After that series I went back to printing in the darkroom, which I hadn’t done since college, and that change allowed the material of the photograph to open up, because I wasn’t worried about ruining expensive digital prints. I would cut, tear, fold; and that’s what I’ve been doing for the past five years. The darkroom is part of my process. When I’m in there I feel I can try anything.
TW: By today’s standards, even just the act of printing the photograph yourself is an implicit polemic on digitization.
LW: Going backwards is interesting to me. The physical nature of what I’m doing is representative of a backlash or a response to digitization.
TW: “Two by Four” (2011) seems like it’s more about materials than an image, and you’re using the depictive element of photography’s form to, in essence, “hammer it home.” Correct me if I’m wrong, but you always use images of landscapes.
LW: To me, it’s an area of photography that’s been called cliché and written off, avoided by photographers and people in the art world to the point where it’s ripe for new ideas. It’s seemingly off limits, but how can we make that in to a new conversation? There’s still something in the landscape that needs to be looked at today, and I think the depiction of the landscape allows for a wide audience to enter the work as well as that conversation.
Rachel Churner: I was wondering if your work, Letha, had been influenced by land art, because I feel your work is as much about physically manipulating the earth as it is about manipulating the image.
LW: The first land art piece I saw in person was Michael Heizer’s “Double Negative” (1969-70) on a trip to Nevada with my parents. When you arrive, you kind of stumble upon it, there’s nothing else around, it’s on top of a Mesa, it was carved out in 1969 but now it’s since been worn down and blends in with the landscape.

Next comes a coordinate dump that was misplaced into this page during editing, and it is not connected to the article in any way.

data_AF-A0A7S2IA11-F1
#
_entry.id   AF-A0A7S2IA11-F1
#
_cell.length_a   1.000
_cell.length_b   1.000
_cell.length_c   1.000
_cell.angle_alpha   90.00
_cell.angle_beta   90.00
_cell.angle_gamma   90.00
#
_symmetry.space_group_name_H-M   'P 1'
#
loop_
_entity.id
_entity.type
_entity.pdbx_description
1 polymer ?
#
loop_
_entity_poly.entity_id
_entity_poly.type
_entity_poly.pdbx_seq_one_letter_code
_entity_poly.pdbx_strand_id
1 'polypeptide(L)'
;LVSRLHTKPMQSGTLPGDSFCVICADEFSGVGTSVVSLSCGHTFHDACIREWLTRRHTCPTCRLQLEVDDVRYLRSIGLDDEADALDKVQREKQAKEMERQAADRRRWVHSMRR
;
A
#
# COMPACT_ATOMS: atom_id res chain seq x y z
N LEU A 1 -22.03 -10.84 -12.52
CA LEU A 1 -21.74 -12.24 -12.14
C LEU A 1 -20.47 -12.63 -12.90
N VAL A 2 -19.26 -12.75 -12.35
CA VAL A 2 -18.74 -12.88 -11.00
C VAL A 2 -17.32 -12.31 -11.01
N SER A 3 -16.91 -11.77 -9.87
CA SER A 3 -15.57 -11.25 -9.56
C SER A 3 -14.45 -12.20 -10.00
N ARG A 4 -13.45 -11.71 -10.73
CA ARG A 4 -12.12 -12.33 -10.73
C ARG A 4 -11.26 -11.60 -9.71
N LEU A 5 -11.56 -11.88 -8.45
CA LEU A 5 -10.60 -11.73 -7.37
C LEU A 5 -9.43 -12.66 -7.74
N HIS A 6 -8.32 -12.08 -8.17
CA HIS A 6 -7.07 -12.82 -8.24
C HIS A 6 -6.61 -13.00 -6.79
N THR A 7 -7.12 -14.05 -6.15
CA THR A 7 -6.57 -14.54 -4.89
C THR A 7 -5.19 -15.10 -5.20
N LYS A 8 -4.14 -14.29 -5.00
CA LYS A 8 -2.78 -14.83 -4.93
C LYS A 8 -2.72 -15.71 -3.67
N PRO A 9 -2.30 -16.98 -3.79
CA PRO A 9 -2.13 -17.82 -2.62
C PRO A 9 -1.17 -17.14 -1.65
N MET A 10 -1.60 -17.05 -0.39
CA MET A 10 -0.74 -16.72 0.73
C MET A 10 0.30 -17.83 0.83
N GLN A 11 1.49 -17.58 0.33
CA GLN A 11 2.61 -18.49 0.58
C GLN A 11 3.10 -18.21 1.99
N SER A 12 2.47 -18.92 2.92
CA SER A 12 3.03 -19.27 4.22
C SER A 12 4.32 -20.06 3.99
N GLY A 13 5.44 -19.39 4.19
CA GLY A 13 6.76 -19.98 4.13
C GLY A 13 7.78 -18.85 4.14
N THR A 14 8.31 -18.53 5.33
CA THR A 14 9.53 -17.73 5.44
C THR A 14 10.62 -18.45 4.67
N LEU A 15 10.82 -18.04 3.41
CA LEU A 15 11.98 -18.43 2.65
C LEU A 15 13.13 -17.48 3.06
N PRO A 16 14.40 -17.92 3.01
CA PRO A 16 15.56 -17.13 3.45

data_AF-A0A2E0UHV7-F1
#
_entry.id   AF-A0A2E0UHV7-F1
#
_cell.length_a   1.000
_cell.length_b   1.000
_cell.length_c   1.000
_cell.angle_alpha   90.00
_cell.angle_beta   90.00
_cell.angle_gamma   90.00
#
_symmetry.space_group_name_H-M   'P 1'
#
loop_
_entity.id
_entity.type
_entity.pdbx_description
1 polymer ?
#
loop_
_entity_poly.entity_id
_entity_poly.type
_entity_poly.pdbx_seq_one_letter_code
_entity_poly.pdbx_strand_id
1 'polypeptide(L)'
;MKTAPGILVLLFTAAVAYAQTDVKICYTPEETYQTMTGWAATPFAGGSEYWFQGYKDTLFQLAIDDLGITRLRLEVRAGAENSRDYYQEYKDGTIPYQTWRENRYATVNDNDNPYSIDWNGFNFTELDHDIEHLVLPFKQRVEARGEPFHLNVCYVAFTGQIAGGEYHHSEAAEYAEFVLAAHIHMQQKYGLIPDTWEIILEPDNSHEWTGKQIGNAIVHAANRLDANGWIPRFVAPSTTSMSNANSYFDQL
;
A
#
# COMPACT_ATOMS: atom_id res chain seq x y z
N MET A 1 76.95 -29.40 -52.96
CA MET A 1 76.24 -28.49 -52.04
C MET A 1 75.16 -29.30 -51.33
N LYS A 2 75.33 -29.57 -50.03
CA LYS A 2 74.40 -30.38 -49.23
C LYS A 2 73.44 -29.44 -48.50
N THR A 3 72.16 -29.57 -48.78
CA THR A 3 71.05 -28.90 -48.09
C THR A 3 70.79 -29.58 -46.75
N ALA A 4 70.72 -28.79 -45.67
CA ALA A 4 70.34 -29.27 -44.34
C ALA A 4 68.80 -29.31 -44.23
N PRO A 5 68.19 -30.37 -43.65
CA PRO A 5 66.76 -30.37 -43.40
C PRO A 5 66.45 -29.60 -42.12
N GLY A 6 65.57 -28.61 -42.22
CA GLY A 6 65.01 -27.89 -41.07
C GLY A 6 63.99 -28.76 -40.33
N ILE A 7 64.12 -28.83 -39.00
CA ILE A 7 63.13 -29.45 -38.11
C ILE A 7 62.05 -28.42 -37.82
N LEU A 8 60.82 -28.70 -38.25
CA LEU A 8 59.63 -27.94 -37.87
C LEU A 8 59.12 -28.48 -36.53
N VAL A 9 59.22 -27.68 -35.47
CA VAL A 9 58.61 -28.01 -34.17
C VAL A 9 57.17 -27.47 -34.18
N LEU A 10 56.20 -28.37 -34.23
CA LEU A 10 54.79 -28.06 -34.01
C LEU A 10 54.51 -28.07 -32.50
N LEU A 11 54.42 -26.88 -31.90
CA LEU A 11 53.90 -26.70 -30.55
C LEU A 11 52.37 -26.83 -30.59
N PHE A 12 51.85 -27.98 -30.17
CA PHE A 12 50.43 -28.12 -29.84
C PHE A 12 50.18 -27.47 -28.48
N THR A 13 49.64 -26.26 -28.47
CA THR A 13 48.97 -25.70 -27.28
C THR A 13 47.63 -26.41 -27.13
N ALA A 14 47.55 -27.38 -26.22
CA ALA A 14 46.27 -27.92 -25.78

Seeing it then, with my parents, was this moment where my life and my art were merging. The things I’m used to doing when I go home like hiking, looking for rocks, fishing, which is just what we do all the time, it’s what my dad does, were merging with these ideas from the art world and the history of art. Although the audience is potentially small, going there is part of the work, and that is something, maybe in an opposite way, what I can do with my work; bring the experience back. It’s definitely about spanning a distance.
TW: Was “Right Back At You” (2009) planned or was it a discovery?
LW: I made this piece at Skowhegan, Maine two summers ago for a nine-week residency I attended. It was a great time for me because, even though I travel and visit nature a lot, I’ve never had a studio in nature, and the studios there are in the forest. It made me nervous because I usually have an urban setting to play off of for my images and I was looking at this beautiful place thinking, “I can’t compete with this.” But it was actually the opposite. I got ideas, I was on hikes every day, I started looking at things differently and marking the trail in my mind, I started taking different photographs of more specific things like rocks and geometry in nature that were on a smaller scale than the vistas and landscapes. That residency really influenced the way I take photographs.